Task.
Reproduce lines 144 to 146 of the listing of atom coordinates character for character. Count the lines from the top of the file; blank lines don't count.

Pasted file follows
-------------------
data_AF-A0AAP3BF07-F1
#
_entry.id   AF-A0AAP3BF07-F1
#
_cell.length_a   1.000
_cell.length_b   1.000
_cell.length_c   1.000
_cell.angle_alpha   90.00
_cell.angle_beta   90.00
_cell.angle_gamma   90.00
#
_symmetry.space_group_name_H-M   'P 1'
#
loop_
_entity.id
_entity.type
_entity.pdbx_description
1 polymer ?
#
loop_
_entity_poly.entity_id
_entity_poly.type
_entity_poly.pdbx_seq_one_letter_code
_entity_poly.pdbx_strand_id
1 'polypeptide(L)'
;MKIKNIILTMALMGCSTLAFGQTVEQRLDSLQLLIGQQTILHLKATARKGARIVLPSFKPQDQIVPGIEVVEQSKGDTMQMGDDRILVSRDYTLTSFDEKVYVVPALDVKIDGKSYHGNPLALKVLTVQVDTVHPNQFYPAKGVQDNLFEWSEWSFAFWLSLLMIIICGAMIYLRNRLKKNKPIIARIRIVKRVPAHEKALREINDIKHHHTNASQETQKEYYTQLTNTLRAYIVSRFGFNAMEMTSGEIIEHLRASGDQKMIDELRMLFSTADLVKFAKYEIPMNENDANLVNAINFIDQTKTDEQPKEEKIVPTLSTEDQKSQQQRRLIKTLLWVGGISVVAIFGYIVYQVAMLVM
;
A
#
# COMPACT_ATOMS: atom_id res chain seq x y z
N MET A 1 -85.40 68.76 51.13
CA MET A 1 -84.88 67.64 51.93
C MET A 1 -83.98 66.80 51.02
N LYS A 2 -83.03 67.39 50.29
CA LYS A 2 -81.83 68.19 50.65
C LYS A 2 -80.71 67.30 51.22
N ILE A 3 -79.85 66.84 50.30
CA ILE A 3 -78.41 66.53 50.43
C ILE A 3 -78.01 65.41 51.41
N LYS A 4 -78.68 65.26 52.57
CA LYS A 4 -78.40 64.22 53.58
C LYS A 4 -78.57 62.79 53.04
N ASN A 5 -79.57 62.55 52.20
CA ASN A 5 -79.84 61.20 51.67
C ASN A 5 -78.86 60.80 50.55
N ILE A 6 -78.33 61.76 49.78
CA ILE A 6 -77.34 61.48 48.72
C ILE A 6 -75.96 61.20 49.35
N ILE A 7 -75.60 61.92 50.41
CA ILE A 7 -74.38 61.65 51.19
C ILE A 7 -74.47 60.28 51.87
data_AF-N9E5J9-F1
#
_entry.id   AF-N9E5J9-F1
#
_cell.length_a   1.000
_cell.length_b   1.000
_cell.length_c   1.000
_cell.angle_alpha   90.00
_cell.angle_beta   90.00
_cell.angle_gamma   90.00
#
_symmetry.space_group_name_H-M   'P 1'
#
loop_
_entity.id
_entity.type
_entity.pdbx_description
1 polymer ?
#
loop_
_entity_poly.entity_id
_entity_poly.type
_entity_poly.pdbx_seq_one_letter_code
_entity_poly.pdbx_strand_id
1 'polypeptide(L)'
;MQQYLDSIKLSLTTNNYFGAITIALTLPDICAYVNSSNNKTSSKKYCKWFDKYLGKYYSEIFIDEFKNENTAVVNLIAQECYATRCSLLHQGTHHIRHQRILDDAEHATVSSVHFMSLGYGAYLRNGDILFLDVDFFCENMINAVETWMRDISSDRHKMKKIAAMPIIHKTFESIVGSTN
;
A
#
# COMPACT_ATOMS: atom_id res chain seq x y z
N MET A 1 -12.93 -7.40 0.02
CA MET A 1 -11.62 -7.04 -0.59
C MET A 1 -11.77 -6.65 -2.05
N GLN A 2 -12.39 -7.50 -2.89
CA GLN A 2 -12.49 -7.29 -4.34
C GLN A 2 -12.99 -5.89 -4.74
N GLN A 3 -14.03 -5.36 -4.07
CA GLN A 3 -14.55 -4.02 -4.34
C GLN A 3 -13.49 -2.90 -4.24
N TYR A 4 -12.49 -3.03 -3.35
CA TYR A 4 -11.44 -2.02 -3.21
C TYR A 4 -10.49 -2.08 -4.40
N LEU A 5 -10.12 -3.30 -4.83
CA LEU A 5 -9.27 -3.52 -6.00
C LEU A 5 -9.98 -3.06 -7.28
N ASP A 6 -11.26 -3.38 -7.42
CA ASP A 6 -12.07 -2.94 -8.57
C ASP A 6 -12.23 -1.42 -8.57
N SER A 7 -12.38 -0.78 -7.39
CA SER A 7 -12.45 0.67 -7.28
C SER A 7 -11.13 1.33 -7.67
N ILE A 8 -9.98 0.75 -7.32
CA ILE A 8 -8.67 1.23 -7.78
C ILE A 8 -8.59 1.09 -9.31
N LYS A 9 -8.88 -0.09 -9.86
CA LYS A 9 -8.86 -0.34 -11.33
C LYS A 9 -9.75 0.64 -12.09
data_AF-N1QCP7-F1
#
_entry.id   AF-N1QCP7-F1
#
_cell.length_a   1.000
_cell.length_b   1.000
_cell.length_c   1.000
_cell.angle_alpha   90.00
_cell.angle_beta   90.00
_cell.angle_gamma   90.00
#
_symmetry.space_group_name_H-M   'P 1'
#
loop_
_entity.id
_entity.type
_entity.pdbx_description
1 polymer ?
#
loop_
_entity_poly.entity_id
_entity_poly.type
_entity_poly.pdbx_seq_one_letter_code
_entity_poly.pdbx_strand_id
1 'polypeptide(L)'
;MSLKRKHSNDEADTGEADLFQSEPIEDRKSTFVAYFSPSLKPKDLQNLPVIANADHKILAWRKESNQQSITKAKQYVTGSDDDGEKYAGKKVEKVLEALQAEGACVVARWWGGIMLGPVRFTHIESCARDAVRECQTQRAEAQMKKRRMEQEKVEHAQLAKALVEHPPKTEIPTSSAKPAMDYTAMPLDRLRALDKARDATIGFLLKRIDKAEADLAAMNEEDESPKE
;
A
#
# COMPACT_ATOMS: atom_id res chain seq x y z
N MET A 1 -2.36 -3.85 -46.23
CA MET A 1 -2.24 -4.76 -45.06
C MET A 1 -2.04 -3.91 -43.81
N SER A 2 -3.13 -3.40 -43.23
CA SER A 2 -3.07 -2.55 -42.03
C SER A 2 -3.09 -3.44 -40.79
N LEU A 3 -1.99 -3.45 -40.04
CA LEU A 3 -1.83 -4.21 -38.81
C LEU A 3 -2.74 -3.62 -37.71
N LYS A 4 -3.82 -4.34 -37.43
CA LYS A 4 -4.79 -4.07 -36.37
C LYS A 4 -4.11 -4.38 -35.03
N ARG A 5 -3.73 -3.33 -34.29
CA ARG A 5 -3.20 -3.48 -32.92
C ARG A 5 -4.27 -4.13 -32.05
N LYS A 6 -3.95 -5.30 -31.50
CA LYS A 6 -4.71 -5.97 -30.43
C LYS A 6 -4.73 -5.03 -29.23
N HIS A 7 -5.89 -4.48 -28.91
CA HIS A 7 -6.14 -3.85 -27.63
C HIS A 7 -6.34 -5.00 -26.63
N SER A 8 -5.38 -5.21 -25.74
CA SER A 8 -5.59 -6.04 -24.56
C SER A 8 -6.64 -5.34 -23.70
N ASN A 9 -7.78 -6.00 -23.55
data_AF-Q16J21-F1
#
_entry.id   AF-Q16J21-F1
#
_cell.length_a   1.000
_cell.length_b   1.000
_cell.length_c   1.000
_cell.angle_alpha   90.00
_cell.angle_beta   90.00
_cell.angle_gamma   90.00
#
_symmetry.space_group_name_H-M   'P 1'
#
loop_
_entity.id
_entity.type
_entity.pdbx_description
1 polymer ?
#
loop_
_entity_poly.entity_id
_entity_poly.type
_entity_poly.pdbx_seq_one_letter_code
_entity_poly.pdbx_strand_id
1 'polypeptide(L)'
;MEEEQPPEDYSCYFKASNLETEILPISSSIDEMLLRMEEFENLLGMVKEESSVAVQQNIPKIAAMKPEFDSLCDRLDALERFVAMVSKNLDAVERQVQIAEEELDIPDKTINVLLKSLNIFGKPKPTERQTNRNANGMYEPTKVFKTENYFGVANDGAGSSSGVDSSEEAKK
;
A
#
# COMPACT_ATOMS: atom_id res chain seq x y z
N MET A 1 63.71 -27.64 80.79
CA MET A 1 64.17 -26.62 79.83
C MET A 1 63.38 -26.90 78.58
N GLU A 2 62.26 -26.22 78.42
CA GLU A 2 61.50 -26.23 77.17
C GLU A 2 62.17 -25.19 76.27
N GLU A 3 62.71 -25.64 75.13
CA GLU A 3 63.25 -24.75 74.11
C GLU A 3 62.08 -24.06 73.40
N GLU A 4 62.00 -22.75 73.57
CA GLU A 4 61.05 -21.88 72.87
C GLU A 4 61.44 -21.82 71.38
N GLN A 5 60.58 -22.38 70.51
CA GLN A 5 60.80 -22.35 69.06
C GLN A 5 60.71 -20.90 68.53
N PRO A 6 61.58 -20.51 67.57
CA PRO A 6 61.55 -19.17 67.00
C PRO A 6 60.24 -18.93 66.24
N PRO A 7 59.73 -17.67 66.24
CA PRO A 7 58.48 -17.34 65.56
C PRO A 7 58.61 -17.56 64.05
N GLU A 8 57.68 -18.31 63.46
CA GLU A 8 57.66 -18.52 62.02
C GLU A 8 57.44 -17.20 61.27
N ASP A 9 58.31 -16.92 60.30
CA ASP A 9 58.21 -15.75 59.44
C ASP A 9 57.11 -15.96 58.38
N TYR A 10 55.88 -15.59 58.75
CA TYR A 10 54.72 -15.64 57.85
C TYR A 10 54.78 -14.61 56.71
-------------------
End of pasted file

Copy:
C SER A 2 -3.09 -3.44 -40.79
N LEU A 3 -1.99 -3.45 -40.04
CA LEU A 3 -1.83 -4.21 -38.81